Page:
A Pound of Pictures is a window into both our world and Soth’s process itself. In every photograph, there is what we see and what lies beneath. Much the same way, Soth answers our 50 questions with consideration, sincerity and just the right amount of playfulness.
Chantal Anderson sat down with fellow photographer, friend, and collaborator Tracy L Chandler, to discuss Chandler’s latest work, A Poor Sort Of Memory. Tracy L Chandler is an American artist living in California who uses photography to explore themes of
On November 4, 2021, as part of Leica‘s celebration of photography, American photographer Ralph Gibson received the Leica Hall of Fame Award 2021 for Lifetime Achievement. He is also being honored with a retrospective exhibition, on view through the end o
Here, Ralph Gibson shares his vision on photography and the epoch we live in.
The past few decades have been unkind to photo magazines. Many industry stalwarts have gone defunct, while others have moved to online editions only. Ironically, many photographers still believe in the photographic print, even though they might contend th
In January, I chatted with renown photojournalist Kenneth Jarecke who had just announced the creation of The Curious Society, a large format photo magazine featuring the work of some of the world’s best photojournalists and documentary photographers. The goal wasn’t only to publish a visual tour de force on a quarterly basis, but to also pay photographers a traditional space rate that made producing such work economically viable.
Like so many of us in the Photographers on Photographers series, I was first introduced to my interviewee, Linda Connor, while studying at school; the School of the Museum of Fine Arts, Boston to be exact. Her name kept reappearing in my critiques, as I w
I learned about Alec Soth’s work right when I was starting my sophomore year in college when I was studying photography. A professor showed me his work for the first time through a photobook (A small version of Sleeping by the Mississippi contained inside
“I’m fascinated by death and I’m fascinated by reality and not just for shock’s sake. It’s just part of our life. To this day it still haunts me and I always wish I just would have run back and photographed the body. I know it’s morbid but it’s life” – Mike Brodie
James Whitlow Delano traveled to Sendai, Japan to capture images of a region battered by a tsunami and nuclear reactor meltdown on the 10 year anniversary.
Photojournalist and Founder of @everydayclimatechange James Whitlow Delano has lived and worked in Tokyo for decades, and has covered the disaster, its aftermath, and the glacially slow rebuild. For the 10th anniversary of the tragic event, Delano created a haunting photo and video package for the New York Times. I reached out to him via email to learn more about his experiences.
Susan Goldberg has been editor in chief at National Geographic for seven years. In the history of Nat Geo, which started in 1888, she is the 10th editor
Today, when everyone has a camera with them 24/7 (their phones), anyone can get lucky and make one great picture. We are looking for those photographers who can really craft a story: develop a unique idea, engage in the research, make compelling images, and build a powerful narrative across a series of photographs. We have core niches – among them, wildlife and the natural environment, archaeology, science, people, and cultures – and are always looking for photographers who are interested in these topics. But at its core, you do have to be able to take amazing photographs!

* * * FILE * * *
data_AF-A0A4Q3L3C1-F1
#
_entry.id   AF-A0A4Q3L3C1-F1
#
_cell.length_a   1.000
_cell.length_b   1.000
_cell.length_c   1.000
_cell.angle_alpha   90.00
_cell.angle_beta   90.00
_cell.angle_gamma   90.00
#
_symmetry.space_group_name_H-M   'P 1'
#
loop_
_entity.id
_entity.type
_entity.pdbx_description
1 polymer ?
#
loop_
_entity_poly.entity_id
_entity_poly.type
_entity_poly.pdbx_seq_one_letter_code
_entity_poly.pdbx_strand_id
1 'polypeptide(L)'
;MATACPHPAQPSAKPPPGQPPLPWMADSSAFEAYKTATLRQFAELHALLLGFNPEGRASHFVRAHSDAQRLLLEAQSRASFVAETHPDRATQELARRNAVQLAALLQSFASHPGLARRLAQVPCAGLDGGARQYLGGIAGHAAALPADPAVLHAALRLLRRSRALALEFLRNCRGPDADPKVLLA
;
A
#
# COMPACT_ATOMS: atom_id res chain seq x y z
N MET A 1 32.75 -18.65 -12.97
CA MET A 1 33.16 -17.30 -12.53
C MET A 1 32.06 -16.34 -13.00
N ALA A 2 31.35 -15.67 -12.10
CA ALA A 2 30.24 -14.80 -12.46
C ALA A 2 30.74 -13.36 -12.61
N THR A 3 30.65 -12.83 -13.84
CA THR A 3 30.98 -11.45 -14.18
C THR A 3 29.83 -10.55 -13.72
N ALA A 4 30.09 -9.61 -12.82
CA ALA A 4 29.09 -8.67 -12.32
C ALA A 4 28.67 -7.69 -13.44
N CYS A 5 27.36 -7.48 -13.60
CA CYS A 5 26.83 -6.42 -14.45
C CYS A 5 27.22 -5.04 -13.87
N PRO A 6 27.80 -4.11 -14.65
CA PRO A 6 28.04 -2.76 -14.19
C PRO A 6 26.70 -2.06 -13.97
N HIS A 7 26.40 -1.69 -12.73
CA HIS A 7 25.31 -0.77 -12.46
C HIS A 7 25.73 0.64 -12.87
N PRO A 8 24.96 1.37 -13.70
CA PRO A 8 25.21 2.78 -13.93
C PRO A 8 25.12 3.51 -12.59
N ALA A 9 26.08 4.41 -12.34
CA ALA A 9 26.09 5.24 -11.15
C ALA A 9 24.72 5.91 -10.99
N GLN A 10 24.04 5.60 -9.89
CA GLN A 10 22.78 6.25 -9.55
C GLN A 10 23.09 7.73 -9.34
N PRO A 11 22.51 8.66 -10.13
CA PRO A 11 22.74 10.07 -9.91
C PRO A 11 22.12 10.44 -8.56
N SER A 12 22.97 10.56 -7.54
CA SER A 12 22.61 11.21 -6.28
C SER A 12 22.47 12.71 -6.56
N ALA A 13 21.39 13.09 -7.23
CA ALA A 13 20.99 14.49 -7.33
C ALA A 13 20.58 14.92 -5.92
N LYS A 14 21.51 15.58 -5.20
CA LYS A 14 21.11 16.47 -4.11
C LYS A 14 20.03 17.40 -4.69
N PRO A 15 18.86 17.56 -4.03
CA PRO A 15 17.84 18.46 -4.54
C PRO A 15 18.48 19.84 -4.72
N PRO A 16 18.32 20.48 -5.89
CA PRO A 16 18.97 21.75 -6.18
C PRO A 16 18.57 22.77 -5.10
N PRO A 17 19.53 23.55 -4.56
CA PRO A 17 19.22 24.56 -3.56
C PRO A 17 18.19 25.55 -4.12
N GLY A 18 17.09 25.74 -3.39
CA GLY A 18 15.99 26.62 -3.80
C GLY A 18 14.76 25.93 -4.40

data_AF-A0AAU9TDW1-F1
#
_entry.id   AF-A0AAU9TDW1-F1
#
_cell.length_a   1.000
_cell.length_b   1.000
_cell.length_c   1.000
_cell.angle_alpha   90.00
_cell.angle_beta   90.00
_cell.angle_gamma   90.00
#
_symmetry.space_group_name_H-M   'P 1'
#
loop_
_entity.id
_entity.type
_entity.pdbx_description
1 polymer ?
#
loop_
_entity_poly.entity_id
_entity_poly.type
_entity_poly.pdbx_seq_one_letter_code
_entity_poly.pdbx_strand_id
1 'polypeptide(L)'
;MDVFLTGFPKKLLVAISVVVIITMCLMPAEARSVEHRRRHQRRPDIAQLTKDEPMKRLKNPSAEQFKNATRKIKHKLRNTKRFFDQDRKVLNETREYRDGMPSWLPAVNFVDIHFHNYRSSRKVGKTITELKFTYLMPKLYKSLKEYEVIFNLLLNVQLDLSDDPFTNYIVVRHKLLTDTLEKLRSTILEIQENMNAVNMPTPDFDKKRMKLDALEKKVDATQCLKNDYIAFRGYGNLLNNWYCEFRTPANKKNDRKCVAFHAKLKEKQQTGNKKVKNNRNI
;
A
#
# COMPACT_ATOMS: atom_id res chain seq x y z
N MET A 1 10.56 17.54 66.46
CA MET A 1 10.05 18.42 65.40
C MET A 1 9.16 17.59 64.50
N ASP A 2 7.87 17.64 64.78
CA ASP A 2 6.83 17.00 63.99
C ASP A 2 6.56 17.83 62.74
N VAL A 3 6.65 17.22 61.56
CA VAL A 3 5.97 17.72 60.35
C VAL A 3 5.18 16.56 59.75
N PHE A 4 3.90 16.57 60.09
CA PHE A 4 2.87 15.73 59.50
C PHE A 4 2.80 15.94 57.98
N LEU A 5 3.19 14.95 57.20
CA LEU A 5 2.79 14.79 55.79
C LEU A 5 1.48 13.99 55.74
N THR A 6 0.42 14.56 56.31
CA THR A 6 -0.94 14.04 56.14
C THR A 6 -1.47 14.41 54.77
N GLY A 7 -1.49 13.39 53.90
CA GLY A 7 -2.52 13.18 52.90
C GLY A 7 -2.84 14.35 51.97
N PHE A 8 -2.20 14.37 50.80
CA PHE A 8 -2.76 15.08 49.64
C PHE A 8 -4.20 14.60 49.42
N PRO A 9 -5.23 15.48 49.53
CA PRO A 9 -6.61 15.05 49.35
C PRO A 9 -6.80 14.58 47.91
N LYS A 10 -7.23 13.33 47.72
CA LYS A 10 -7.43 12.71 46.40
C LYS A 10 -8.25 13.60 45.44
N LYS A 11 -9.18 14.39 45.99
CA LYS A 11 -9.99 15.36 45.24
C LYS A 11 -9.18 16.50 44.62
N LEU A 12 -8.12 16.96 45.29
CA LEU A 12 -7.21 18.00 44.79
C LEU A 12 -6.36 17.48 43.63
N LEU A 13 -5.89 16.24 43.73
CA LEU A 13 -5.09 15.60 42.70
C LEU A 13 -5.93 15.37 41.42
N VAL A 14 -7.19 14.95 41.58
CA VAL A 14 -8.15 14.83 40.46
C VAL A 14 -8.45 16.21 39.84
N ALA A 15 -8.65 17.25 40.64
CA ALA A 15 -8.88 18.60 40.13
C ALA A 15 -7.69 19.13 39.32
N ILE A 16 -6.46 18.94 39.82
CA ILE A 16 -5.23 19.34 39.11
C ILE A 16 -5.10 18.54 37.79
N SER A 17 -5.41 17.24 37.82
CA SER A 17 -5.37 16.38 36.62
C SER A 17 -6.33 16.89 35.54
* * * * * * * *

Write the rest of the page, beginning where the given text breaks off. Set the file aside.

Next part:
KG: It’s called APP [Archiwum Protestów Publicznych — Archive of Public Protest]. This is Rafał Milach’s idea (my friend from Sputnik Photos). He invited other photographers who have been present in the streets since 2015 or 2016 to create an online platform where people could look at images from different places, from different protests, and use them.
Veteran photojournalist Kenneth Jarecke announced the creation of The Curious Society, a membership-based, quarterly print publication for contemporary photojournalism.
A few weeks ago, veteran photojournalist Kenneth Jarecke announced the creation of The Curious Society, a membership-based, quarterly print publication for contemporary photojournalism. While some might reflexively balk at starting a printed magazine in the digital age, Jarecke believes there is a market for people who want a tactile experience, and one that forces them to more slowly appreciate photography – and if he’s right, he’ll also be paying photographers a meaningful licensing fee in return.
On his friend Helmut Newton: “I was talking to Helmut about his commercial photography, and I said to him, ‘Helmut, what do you tell yourself when you get up in the morning?’ He says, ‘Ralphie, I get up in the morning and I say to myself, 'I'll show those fuckers.'"
As part of this year’s Emerging Photography Awards, Feature Shoot is offering two major exhibition opportunities to up-and-coming photographers of all genres working across the world. Three to five photographers…
Beyond her career as a leading editorial and portrait photographer Cheriss May is also the current President of Women Photojournalists of Washington, an organization fostering success for women in photojournalism and educating the public about the role of women in the field. She’s also an adjunct professor at her alma mater, Howard University, where she teaches visual communications. Read on to learn more about May’s work and her hopes for the future of the industry.